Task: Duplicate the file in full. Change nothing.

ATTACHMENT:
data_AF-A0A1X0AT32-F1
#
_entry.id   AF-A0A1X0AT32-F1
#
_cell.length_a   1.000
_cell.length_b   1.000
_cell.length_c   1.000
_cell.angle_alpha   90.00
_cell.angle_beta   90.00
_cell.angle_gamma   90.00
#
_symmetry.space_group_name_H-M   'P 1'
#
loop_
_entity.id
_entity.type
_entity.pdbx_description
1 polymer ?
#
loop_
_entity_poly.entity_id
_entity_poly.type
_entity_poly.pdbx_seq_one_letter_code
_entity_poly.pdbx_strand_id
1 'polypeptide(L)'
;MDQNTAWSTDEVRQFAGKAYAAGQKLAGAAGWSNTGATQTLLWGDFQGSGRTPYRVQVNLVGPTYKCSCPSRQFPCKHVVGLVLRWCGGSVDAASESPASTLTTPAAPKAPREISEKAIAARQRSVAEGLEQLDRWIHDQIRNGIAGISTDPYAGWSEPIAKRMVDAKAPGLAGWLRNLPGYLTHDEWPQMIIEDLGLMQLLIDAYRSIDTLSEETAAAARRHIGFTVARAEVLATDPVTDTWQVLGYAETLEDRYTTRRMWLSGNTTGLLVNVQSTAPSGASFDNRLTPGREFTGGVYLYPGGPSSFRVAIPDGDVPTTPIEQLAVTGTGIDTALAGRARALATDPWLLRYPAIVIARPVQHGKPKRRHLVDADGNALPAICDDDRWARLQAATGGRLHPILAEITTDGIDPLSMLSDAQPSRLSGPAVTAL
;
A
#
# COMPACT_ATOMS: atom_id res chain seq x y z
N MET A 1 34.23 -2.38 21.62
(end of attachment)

data_AF-A0A1X0AT32-F1
#
_entry.id   AF-A0A1X0AT32-F1
#
_cell.length_a   1.000
_cell.length_b   1.000
_cell.length_c   1.000
_cell.angle_alpha   90.00
_cell.angle_beta   90.00
_cell.angle_gamma   90.00
#
_symmetry.space_group_name_H-M   'P 1'
#
loop_
_entity.id
_entity.type
_entity.pdbx_description
1 polymer ?
#
loop_
_entity_poly.entity_id
_entity_poly.type
_entity_poly.pdbx_seq_one_letter_code
_entity_poly.pdbx_strand_id
1 'polypeptide(L)'
;MDQNTAWSTDEVRQFAGKAYAAGQKLAGAAGWSNTGATQTLLWGDFQGSGRTPYRVQVNLVGPTYKCSCPSRQFPCKHVVGLVLRWCGGSVDAASESPASTLTTPAAPKAPREISEKAIAARQRSVAEGLEQLDRWIHDQIRNGIAGISTDPYAGWSEPIAKRMVDAKAPGLAGWLRNLPGYLTHDEWPQMIIEDLGLMQLLIDAYRSIDTLSEETAAAARRHIGFTVARAEVLATDPVTDTWQVLGYAETLEDRYTTRRMWLSGNTTGLLVNVQSTAPSGASFDNRLTPGREFTGGVYLYPGGPSSFRVAIPDGDVPTTPIEQLAVTGTGIDTALAGRARALATDPWLLRYPAIVIARPVQHGKPKRRHLVDADGNALPAICDDDRWARLQAATGGRLHPILAEITTDGIDPLSMLSDAQPSRLSGPAVTAL
;
A
#
# COMPACT_ATOMS: atom_id res chain seq x y z
N MET A 1 34.23 -2.38 21.62